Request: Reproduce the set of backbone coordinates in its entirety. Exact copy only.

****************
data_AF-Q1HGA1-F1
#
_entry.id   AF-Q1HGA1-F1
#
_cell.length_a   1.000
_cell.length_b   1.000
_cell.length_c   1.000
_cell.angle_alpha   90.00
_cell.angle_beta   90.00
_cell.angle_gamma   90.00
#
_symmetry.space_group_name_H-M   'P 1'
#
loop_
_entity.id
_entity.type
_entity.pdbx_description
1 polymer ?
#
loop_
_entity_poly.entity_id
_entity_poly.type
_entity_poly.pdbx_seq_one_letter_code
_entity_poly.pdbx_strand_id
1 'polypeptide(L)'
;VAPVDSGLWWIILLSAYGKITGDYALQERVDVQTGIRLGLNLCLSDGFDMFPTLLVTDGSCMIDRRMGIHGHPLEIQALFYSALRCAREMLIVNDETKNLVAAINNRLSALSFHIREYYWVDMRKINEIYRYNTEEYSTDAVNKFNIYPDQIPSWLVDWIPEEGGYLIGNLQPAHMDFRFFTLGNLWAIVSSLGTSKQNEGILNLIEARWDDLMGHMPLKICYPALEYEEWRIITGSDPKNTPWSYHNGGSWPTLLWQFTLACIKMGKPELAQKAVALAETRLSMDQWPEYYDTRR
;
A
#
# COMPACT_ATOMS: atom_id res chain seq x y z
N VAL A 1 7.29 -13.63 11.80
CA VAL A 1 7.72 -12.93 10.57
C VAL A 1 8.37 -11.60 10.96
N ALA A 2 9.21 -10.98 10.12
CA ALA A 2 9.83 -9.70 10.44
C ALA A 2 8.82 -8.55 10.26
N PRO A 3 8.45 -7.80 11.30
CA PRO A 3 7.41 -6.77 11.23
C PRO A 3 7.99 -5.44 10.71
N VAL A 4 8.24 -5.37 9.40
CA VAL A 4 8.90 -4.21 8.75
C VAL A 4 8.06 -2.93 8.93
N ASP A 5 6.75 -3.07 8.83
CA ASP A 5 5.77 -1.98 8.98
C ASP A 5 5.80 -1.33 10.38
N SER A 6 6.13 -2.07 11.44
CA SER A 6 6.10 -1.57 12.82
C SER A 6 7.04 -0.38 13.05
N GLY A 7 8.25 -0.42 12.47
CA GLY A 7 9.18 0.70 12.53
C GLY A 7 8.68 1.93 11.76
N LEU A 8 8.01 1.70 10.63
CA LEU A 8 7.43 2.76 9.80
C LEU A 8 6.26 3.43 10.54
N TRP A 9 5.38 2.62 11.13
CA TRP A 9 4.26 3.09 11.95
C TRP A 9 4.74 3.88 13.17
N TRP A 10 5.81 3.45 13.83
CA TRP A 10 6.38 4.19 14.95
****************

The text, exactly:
data_AF-Q1HGA1-F1
#
_entry.id   AF-Q1HGA1-F1
#
_cell.length_a   1.000
_cell.length_b   1.000
_cell.length_c   1.000
_cell.angle_alpha   90.00
_cell.angle_beta   90.00
_cell.angle_gamma   90.00
#
_symmetry.space_group_name_H-M   'P 1'
#
loop_
_entity.id
_entity.type
_entity.pdbx_description
1 polymer ?
#
loop_
_entity_poly.entity_id
_entity_poly.type
_entity_poly.pdbx_seq_one_letter_code
_entity_poly.pdbx_strand_id
1 'polypeptide(L)'
;VAPVDSGLWWIILLSAYGKITGDYALQERVDVQTGIRLGLNLCLSDGFDMFPTLLVTDGSCMIDRRMGIHGHPLEIQALFYSALRCAREMLIVNDETKNLVAAINNRLSALSFHIREYYWVDMRKINEIYRYNTEEYSTDAVNKFNIYPDQIPSWLVDWIPEEGGYLIGNLQPAHMDFRFFTLGNLWAIVSSLGTSKQNEGILNLIEARWDDLMGHMPLKICYPALEYEEWRIITGSDPKNTPWSYHNGGSWPTLLWQFTLACIKMGKPELAQKAVALAETRLSMDQWPEYYDTRR
;
A
#
# COMPACT_ATOMS: atom_id res chain seq x y z
N VAL A 1 7.29 -13.63 11.80
CA VAL A 1 7.72 -12.93 10.57
C VAL A 1 8.37 -11.60 10.96
N ALA A 2 9.21 -10.98 10.12
CA ALA A 2 9.83 -9.70 10.44
C ALA A 2 8.82 -8.55 10.26
N PRO A 3 8.45 -7.80 11.30
CA PRO A 3 7.41 -6.77 11.23
C PRO A 3 7.99 -5.44 10.71
N VAL A 4 8.24 -5.37 9.40
CA VAL A 4 8.90 -4.21 8.75
C VAL A 4 8.06 -2.93 8.93
N ASP A 5 6.75 -3.07 8.83
CA ASP A 5 5.77 -1.98 8.98
C ASP A 5 5.80 -1.33 10.38
N SER A 6 6.13 -2.07 11.44
CA SER A 6 6.10 -1.57 12.82
C SER A 6 7.04 -0.38 13.05
N GLY A 7 8.25 -0.42 12.47
CA GLY A 7 9.18 0.70 12.53
C GLY A 7 8.68 1.93 11.76
N LEU A 8 8.01 1.70 10.63
CA LEU A 8 7.43 2.76 9.80
C LEU A 8 6.26 3.43 10.54
N TRP A 9 5.38 2.62 11.13
CA TRP A 9 4.26 3.09 11.95
C TRP A 9 4.74 3.88 13.17
N TRP A 10 5.81 3.45 13.83
CA TRP A 10 6.38 4.19 14.95